The scalloped, shrouded Pacific coast looms ahead, angry waves pummeling its cathedral-like grottos and beaches. In my entire life, I’ve never seen Highway 1 this deserted. Big Sur has always been a place where humans can feel like interlopers; where, should you need a refresher, you're reminded of your relative insignificance. Even with this 68-mile scar of pavement across its rugged face, Big Sur guards its primordial beauty; the broccoli-green slopes, plunging cliffs and coastal creeks that made the Santa Lucia Mountains one of the most inaccessible reaches in America. The first white man didn’t arrive until 1768, with Spanish missionaries determined to secure that nation’s hold on “Alta California” and keep Russians and the British away.
I’d driven a Lamborghini Aventador S just the day before, and I briefly chastise myself for not bringing it here for a romp – until I recall that I’d have to take some of these corners at triple-digit speeds to test my mettle in the 730-horsepower, 217-mph Lambo flagship. These deserted curves may suddenly be my private autocross course, but the penalty isn’t some orange cone, but rather a 100-foot drop off a granite cliff.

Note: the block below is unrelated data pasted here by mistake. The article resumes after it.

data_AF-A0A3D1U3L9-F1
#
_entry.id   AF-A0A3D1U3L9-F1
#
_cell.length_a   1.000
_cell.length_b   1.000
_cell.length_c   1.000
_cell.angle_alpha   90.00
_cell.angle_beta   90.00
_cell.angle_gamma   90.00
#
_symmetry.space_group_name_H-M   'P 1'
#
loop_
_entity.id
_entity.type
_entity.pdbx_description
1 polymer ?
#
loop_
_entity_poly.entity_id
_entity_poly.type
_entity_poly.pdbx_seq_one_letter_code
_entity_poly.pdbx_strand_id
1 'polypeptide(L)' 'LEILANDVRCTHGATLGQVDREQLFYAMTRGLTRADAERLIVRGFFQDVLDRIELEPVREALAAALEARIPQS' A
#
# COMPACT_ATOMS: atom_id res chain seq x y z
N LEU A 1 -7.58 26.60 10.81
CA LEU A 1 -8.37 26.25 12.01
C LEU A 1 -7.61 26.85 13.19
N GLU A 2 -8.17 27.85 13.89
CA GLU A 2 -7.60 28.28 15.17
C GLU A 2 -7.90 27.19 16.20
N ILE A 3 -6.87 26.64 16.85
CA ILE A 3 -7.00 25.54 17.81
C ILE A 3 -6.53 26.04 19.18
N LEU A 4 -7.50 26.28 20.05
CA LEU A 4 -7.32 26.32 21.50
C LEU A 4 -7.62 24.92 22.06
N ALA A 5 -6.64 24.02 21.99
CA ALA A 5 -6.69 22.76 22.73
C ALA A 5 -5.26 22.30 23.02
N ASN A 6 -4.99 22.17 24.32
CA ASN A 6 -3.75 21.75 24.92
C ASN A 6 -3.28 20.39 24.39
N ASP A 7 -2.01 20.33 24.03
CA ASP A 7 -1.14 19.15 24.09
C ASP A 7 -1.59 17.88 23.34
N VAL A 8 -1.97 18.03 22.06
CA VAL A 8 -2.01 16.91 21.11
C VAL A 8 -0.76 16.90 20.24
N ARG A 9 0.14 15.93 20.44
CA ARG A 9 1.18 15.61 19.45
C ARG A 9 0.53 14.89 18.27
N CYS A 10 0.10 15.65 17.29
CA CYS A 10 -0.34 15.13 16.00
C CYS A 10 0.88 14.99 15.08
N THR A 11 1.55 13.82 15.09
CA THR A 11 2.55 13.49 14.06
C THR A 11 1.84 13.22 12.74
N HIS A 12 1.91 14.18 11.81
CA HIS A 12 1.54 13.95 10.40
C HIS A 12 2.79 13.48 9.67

As ever, this Miata produces body roll by the barrel, yet it’s the fun kind: I storm deeper and deeper into corners, letting the car take a set, and lean on the ultra-grippy tires for all they’re worth. Compared with the softtop, Mazda made a few subtle, helpful tweaks to the RF’s steering and suspension, though I’m pining a bit for the RF Club version I drove a few weeks ago in New York. Its standard limited-slip differential (on manual versions only), Bilstein shocks and front shock-tower brace (along with tough-looking black BBS forged wheels, Brembo brakes and extra body bits) noticeably tame that body roll, and a distracting rear-end wobble near the limit that tells you oversteer is fast approaching. But when any Miata finally breaks free into a drift, it’s fun and blessedly easy to reel back in. I actually slide the Mazda on the approach to the Bixby Bridge, the bravura concrete span that soars 260 feat over Bixby Creek below – completed in 1932, five years before the road itself opened between Carmel and San Luis Obispo. Climbing into the gnarled cliffs beyond, I gripe for a minute over this four-cylinder engine, and just as quickly feel guilty: The Mazda is working its little heart out.